First published in 1999, this volume re-examines Bertrand Russell’s views on modal logic and logical relevance, arguing that Russell does in fact accommodate modality and modal logic. The author, Jan Dejnožka, draws together Russell’s comments and perspectives from throughout his canon in order to demonstrate a coherent view on logical modality and logical relevance. To achieve this, Dejnožka explores questions including whether Russell has a possible worlds logic, Rescher’s case against Russell, Russell’s three levels of modality and the motives and origins of Russell’s theory of modality.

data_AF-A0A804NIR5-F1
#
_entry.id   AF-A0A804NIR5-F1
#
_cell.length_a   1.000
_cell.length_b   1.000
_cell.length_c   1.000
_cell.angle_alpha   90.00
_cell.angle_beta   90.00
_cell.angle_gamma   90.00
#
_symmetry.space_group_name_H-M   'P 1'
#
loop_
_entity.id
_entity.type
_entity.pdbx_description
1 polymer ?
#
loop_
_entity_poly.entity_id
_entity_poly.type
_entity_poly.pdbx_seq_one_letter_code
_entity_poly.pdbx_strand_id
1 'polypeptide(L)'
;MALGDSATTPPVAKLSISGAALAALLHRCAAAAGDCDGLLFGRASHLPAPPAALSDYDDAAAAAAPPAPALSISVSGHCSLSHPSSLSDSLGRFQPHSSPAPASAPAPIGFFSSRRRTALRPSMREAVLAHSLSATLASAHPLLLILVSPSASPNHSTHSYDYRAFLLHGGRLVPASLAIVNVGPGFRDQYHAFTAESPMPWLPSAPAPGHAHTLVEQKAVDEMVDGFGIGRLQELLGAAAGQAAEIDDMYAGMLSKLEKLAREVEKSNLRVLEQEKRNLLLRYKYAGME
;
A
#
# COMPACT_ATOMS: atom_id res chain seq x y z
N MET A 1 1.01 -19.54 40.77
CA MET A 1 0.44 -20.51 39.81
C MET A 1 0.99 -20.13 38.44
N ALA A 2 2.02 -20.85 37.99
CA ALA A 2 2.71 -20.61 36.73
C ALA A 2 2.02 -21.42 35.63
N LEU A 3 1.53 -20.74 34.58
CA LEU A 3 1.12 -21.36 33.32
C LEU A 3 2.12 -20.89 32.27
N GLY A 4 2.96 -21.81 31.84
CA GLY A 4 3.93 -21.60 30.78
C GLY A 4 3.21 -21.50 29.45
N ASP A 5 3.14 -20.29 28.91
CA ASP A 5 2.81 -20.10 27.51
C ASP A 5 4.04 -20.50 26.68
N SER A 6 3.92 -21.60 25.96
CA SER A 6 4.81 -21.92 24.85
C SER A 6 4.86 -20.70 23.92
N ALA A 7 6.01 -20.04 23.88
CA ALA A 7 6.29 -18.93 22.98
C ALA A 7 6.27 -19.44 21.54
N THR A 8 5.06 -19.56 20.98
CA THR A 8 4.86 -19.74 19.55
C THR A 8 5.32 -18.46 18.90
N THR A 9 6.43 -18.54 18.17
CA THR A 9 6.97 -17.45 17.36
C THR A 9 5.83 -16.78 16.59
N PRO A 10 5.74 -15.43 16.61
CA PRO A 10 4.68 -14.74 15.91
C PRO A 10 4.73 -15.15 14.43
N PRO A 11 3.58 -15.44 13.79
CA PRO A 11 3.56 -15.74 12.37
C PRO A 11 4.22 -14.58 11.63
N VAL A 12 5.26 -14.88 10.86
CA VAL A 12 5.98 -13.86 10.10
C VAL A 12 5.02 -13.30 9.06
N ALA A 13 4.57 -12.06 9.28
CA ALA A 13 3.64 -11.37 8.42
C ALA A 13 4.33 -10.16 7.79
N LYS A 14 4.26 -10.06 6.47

Table of Contents
1. Introduction. 2. Propositional Functions and Possible Worlds. 3. Russell’s Three Levels of Modality. 4. The Ontological Foundation. 5. Rescher’s Case Against Russell. 6. The Strength of Russell’s Modal Logic. 7. Does Russell Have a Possible Worlds Logic? 8. The Motives and Origins of Russell’s Theory of Modality. 9. Russell’s Relevance Logic. 10. Russell, Keynes, and the Legal Origins of Logical Relevance.
Jan Dejnozka is a visiting scholar of Law and Philosophy at the University of Michigan. His articles have appeared in Russell, International Studies in Philosophy, Dialogos and The International Journal for Philosophy.